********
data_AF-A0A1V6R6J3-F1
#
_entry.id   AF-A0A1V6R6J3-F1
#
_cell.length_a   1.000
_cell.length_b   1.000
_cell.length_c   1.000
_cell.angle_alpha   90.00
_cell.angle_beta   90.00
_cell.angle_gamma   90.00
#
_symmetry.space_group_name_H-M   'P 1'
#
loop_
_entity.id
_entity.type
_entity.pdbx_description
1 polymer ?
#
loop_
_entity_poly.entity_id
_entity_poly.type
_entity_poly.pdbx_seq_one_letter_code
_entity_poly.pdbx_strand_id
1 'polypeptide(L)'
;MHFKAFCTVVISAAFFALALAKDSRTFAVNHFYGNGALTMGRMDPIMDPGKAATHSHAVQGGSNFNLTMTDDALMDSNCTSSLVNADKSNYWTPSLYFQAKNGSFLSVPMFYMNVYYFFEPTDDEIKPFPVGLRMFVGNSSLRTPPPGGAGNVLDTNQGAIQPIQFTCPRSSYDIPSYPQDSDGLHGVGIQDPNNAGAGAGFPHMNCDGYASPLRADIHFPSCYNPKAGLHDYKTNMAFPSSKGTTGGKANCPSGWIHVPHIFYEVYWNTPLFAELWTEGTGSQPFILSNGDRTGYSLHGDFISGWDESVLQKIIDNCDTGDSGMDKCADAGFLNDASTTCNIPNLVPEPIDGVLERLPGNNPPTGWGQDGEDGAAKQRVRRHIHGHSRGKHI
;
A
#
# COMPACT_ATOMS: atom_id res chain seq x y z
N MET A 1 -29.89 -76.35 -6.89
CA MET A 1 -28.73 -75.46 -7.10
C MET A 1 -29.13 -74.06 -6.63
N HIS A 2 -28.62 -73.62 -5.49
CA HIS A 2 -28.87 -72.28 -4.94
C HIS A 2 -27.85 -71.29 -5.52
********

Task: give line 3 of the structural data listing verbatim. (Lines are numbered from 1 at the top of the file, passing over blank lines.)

_entry.id   AF-A0A1V6R6J3-F1